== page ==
Dune Review (TIFF 2021)

PLOT: Paul Atreides (Timothée Chalamet) is the sole heir to the ducal House Atreides. When his father, Duke Leo (Oscar Isaac), is assigned to oversee spice production on the desert planet Arrakis, he’s plunged into a dangerous war between his father’s loyal subjects and the legions of House Harkonnen. 

REVIEW: Like everyone else, I’ve been dying to see Dune ever since it was first announced. Denis Villeneuve (a fellow Quebecois) is one of the rare filmmakers left whose movies are always events, and Dune has been a passion project of his for years. It’s a brave movie to take on, given how David Lynch’s adaptation was a big enough flop that it would have destroyed his career had he not immediately bounced back with Blue Velvet (which is not to say his version of Dune is terrible – it’s not). Dune is based on a dense novel by Frank Herbert, and, in an optimistic move, Villeneuve opted to only film the first half of the book in the hopes that the pricey epic is a big enough hit to merit a second part to wrap up the story. 

Our own JimmyO loved it, and I have to agree, Dune is the most lavish, exciting sci-fi epic we’ve gotten on the big screen in years. Villeneuve is a visionary operating at the peak of his talents, and everything about the film is exceptional – from the cast to the visuals to the music. Wisely, Villeneuve takes his time to establish the world of Dune, spending a good forty-five minutes developing all the characters before sending us to Arrakis. As a result, you get a sense of who Paul is and why he’s destined to be a great leader – much more so than in the Lynch film. 

Chalamet plays him as a somewhat reluctant hero. His exceptional work in the vastly underseen The King is a good preview for what he does here. While physically slight, he’s got a sense of gravitas that gives the character a lot of weight. He’s ideal casting, in that he commits fully to the part, giving Paul a sense of responsibility and heroism that makes you root for him, but also hints at the more dubious morality of the character that will come into play in sequels (if we’re lucky enough to get them).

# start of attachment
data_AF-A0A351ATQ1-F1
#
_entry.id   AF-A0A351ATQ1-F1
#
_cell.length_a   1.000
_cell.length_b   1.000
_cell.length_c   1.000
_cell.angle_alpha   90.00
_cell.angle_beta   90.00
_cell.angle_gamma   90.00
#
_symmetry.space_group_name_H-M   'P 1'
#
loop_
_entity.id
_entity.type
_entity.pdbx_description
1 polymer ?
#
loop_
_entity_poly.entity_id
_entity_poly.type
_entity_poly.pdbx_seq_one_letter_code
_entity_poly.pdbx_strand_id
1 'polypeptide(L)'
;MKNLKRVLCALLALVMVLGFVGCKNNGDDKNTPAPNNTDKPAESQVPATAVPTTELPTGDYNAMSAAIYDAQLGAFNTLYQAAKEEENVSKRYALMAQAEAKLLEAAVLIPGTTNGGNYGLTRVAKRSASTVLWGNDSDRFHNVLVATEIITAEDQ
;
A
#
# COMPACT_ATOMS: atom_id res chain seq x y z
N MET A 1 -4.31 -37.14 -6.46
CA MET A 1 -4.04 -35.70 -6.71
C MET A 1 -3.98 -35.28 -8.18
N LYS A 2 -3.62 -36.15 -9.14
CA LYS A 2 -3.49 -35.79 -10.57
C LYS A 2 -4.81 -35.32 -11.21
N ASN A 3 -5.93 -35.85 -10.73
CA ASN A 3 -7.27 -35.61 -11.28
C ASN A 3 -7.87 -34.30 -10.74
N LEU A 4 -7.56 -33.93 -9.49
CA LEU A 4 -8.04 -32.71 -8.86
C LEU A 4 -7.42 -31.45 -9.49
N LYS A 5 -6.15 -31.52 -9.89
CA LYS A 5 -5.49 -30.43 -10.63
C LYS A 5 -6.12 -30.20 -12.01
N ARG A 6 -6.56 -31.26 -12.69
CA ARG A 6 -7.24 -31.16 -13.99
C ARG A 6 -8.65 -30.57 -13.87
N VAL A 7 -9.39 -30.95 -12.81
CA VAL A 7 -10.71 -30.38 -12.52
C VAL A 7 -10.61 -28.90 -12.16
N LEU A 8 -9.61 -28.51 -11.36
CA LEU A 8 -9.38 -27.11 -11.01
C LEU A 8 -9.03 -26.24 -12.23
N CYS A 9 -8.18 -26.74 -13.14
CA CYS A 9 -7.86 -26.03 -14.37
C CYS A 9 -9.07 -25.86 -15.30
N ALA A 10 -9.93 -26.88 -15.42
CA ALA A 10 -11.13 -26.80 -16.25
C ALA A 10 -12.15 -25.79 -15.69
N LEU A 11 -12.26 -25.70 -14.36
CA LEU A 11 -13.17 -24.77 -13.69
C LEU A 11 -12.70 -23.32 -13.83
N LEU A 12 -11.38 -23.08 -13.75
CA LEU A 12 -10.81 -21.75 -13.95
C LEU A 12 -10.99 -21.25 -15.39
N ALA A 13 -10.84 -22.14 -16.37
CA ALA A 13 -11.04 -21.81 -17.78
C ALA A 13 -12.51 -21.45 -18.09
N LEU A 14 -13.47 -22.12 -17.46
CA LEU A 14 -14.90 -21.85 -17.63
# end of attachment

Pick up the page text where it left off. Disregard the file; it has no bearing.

Zendaya, whose role has been hyped pretty heavily since the start, has a small part with, Chiani the Fremen woman he dreams of. But, again, if a sequel gets made, she’ll get a huge role in the next film, as will Javier Bardem as Stilgar, the Fremen leader and Josh Brolin as Gurney Hallack, one of Paul’s mentors. 

Of the supporting cast, those who get a chance to shine are Oscar Isaac, Rebecca Ferguson and Jason Momoa. Isaac’s Duke Leto feels like he could have been the star of his film to a certain extent, and his chemistry with Chalamet is strong. Ferguson is excellent as Lady Jessica, with her Bene Gesserit voice and intensity frightening at times. But, of everyone, Jason Momoa steals the show as Duncan Idaho. For those who haven’t read the book, he’s House Atreides’ resident badass, a swordmaster devoted to protecting Paul who makes alliances with the Fremen. He has the movie’s best action sequences, which focus on hand-to-hand combat and swordplay. I can see him quickly becoming a fan favourite.

If I have any complaints, the bad guys – the Harkonen’s – are underdeveloped. Stellan Skarsgård Baron is hideous, but there are no memorable signature moments of cruelty here, such as the heart plug scene in the Lynch version. Dave Bautista’s Glossu Rabban also has a pretty minor role. Indeed, this is likely going to be the only significant problem people will have with the movie – in a lot of ways, it leaves you wanting more, although I imagine that’s by design. 

Of course, I also have to join the “see iron the big screen” chorus. Villeneuve and DP Greig Fraser shot pretty much the entire film (90% or so) in IMAX, which is either 1:90:1 on Digital IMAX screens or 1:44:1 on the real deal ones. Either way, the film is drop-dead gorgeous, with Hans Zimmer contributing one of his best (and most unusual) scores in years, done in a way that’s meant to evoke instruments that would exist in the world of Dune

If a sequel to Dune doesn’t get made, it’ll be one of the biggest tragedies in modern film, as Villeneuve’s delivered us half of a masterpiece. But, God willing, he’ll get the chance to finish it, as his version of Dune could go down as a classic. 


Joblo Recommends…

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